What is Forgery?

Watch the video below to hear from real people, like you, who
have hired Christian to defend them.

Forgery is a serious allegation. It involves the creation or possession of documents that are altered fraudulently. Colorado prohibits writing or forging documents in any way; if you are convicted of forgery, you face serious consequences. Also, being in possession of forged documents could lead to a conviction – even if you are not the one who forged the documents.

Forgery by Definition

Forgery under Colorado statutes is when one commits the act of falsifying, altering, completing, or offering as true a written document or instrument with the intent of defrauding another.

Certain forged documents will lead to more severe punishments. These documents include:

  • Government securities and stamps
  • Stocks and bonds
  • Lottery tickets
  • Wills, contracts, deeds, or other legal documents
  • Public records
  • Identification cards

Forgery of other types of documents is a felony in the second degree.

Being in Possession of Forged Documents

It is not only a crime to create forged documents; it is a crime to be in possession of such documents. If you know the documents are forged and you possess them, you are committing a crime.

The punishment for possession is more severe if the documents are legal or financial in nature.

In Colorado, a person cannot be charged with possession and forgery. Instead, you must be charged with the act of possession or the act of forgery.

Forging Academic Records

It is illegal to alter or change academic records in any way. Whether it is a high school or college document, forging a document with the intent to use that falsified document for school, jobs, or a scholarship is illegal.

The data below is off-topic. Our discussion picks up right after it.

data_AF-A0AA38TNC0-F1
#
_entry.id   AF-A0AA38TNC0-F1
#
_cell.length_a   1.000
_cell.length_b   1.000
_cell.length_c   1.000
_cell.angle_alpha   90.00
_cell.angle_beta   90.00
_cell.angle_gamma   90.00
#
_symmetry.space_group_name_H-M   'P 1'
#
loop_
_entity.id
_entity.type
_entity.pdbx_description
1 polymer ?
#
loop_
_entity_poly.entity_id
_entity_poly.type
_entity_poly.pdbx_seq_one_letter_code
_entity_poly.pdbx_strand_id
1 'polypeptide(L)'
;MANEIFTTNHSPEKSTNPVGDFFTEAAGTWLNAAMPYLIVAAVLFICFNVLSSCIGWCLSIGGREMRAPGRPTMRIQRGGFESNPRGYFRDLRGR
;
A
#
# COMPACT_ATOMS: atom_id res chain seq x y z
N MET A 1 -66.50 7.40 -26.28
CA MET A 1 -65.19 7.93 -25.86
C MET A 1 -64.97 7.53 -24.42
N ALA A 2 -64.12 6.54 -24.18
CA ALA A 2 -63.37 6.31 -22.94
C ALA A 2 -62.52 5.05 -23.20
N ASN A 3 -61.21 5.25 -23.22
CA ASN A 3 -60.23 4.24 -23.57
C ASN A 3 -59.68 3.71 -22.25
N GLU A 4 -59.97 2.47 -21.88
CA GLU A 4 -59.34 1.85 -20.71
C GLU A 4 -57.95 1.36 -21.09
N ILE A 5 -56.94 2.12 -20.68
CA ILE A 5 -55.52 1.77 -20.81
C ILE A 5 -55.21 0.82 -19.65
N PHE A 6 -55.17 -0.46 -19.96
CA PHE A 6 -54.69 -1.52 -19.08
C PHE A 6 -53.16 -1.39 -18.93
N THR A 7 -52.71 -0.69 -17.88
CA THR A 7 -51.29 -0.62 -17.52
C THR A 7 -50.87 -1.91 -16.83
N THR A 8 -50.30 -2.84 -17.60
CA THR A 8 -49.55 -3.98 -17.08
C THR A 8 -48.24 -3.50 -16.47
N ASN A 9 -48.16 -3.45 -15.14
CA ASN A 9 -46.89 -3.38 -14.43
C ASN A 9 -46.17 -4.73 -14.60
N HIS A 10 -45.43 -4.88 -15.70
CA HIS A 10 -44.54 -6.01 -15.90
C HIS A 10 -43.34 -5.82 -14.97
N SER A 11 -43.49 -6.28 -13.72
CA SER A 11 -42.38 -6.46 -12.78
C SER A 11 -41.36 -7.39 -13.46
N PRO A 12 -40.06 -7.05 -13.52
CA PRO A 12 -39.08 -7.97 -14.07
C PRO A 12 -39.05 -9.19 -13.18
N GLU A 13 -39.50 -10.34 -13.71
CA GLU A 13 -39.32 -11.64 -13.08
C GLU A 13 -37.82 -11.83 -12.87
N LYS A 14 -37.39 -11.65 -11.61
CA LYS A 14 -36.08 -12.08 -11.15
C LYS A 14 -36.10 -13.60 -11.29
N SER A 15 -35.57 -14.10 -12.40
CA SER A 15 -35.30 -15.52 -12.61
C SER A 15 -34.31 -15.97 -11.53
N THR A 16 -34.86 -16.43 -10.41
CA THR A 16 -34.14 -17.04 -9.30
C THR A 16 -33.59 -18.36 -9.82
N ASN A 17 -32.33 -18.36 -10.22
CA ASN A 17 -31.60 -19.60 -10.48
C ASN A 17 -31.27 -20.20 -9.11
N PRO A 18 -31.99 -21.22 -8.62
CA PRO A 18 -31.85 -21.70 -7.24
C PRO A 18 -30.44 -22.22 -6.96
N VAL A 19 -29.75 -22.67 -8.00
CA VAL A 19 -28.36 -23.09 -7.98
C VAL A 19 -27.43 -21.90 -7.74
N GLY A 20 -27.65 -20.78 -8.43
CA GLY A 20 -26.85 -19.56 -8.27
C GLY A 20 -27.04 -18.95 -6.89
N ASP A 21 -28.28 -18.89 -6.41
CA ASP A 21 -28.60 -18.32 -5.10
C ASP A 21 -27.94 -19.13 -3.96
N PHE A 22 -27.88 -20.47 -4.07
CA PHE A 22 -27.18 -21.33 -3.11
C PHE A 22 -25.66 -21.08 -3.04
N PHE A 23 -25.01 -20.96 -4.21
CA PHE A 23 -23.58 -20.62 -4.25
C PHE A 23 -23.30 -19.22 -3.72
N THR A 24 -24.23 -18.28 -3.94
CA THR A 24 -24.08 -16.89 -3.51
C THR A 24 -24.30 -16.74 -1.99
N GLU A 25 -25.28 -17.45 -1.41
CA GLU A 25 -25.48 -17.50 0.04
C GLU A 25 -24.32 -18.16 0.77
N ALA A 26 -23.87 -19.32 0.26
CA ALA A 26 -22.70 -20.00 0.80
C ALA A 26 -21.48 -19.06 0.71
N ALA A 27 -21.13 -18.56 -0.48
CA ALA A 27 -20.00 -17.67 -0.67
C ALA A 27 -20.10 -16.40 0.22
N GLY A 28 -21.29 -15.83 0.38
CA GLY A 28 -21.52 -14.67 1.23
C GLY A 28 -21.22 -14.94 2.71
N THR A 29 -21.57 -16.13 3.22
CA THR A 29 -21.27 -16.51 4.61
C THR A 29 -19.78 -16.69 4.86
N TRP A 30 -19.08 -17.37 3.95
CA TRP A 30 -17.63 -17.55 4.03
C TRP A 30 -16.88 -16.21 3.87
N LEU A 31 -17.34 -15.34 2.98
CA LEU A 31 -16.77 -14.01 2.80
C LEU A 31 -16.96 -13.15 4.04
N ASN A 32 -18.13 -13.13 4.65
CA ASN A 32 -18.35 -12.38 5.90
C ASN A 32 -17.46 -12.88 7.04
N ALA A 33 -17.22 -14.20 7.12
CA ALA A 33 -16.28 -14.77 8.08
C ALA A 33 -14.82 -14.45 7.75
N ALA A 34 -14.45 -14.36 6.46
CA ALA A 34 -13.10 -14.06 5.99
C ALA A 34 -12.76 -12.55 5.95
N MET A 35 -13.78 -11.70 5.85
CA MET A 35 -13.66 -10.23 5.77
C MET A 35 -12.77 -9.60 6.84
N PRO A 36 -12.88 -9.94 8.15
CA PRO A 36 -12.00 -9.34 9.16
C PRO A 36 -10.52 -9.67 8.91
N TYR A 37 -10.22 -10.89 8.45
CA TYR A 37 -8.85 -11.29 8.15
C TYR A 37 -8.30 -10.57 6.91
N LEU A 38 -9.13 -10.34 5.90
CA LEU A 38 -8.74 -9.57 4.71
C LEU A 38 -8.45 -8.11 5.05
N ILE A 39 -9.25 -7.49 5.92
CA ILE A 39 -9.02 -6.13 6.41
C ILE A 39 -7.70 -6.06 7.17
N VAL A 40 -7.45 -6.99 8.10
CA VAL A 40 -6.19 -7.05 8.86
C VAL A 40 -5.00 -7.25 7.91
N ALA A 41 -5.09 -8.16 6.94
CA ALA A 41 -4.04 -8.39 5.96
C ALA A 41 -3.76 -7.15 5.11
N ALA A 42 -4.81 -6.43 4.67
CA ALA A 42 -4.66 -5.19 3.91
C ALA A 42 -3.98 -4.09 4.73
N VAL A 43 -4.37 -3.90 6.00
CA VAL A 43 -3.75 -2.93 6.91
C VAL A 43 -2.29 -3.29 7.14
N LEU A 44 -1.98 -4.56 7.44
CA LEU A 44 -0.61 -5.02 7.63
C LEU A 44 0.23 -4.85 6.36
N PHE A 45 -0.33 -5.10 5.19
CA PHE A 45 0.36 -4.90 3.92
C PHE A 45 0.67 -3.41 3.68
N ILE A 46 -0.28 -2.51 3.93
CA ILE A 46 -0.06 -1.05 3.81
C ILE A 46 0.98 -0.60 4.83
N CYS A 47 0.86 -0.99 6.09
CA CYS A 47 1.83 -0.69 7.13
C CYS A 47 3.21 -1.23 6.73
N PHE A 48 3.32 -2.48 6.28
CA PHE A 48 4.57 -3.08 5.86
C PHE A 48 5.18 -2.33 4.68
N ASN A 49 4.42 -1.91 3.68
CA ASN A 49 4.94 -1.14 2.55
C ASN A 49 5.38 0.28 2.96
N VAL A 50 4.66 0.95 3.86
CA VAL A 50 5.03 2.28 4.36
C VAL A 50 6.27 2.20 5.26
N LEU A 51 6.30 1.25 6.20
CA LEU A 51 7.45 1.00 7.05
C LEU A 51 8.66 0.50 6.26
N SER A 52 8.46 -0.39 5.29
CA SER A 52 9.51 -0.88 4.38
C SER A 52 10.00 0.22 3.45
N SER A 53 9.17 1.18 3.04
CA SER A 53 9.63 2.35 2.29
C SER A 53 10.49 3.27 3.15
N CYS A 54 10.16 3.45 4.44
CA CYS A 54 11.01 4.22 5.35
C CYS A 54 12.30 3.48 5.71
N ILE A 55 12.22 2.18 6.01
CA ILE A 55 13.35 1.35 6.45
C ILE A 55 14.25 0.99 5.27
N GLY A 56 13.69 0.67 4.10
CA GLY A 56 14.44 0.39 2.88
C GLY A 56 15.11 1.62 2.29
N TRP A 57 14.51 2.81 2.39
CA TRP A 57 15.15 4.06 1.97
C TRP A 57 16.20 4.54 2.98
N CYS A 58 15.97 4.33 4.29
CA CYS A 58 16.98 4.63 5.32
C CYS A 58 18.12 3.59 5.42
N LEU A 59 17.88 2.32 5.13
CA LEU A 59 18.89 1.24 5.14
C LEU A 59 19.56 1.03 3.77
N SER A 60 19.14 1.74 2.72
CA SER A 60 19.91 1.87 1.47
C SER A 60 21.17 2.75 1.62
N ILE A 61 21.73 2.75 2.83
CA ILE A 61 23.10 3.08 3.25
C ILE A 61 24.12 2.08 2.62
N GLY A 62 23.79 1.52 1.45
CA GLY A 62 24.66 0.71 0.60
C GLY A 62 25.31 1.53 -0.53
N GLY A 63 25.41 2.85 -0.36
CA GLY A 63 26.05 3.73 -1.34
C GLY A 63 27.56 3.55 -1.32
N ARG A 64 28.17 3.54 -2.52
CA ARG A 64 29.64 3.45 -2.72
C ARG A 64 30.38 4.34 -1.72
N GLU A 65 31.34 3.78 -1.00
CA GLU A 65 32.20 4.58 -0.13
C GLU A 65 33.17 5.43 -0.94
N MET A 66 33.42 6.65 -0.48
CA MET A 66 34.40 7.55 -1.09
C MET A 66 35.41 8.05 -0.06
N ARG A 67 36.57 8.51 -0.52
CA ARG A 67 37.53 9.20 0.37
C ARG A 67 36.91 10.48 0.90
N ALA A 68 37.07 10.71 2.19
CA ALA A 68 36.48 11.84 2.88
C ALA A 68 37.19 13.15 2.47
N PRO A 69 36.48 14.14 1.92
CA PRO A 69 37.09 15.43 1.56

Possession of Forgery Tools

Colorado does criminalize the possession of forgery tools. Therefore, if you are suspected of forgery and your home is searched, any forgery tools or tools associated with forgery can be assumed to be possession of forgery tools. You must prove that the forgery-related tools you have are used for legitimate purposes.

Penalties for Forgery

Forgery is typically charged as a Class 5 Felony, but there are other penalties and sentences associated with forgery, including:

  • Class 5 Felony – Punishable by one to three years in prison and a fine of $1,000 to $100,000.
  • Class 6 Felony – This includes possession of legal or financial forged documents or a forgery device. You could face one year to 18 months in prison and a fine of $1,000 to $100,000.
  • Class 2 Misdemeanor – Carrying other types of forged documents is a Class 2 misdemeanor. You could face 12 months in jail and a fine of $250 to $1,000.
  • Class 1 Misdemeanor – This includes forging academic records. It it punishable by anywhere from six months to 18 months in jail and a fine of up to $5,000.

Arrested for Forgery? Contact an Attorney Immediately

Being accused of forgery is very serious. The fines alone are reason enough to contact an attorney. If you have been arrested, do not wait to contact an attorney. You need a criminal defense attorney who understands the Colorado justice system and can help protect you from the harsh penalties associated with this crime.

Schedule a consultation with Christian A. Schwaner, P.C. now by calling 719-577-9700 or filling out our contact form.

Free Legal Consultation

Call us now at (719) 577-9700 or fill out the form below and Christian will personally contact you as soon as possible.

DUI Defense Resources

Practice Areas
Client Reviews

"Christian – Thanks so much for all you are doing and have done for me. I know I sent a thank you before but my gratitude goes on! You are a great, caring person. I hope someday I can pass your kindness on to a person that struggles with life as I have and give that person hope to keep going and trudge forward. Thanks!"

- Karen

powered by BirdEye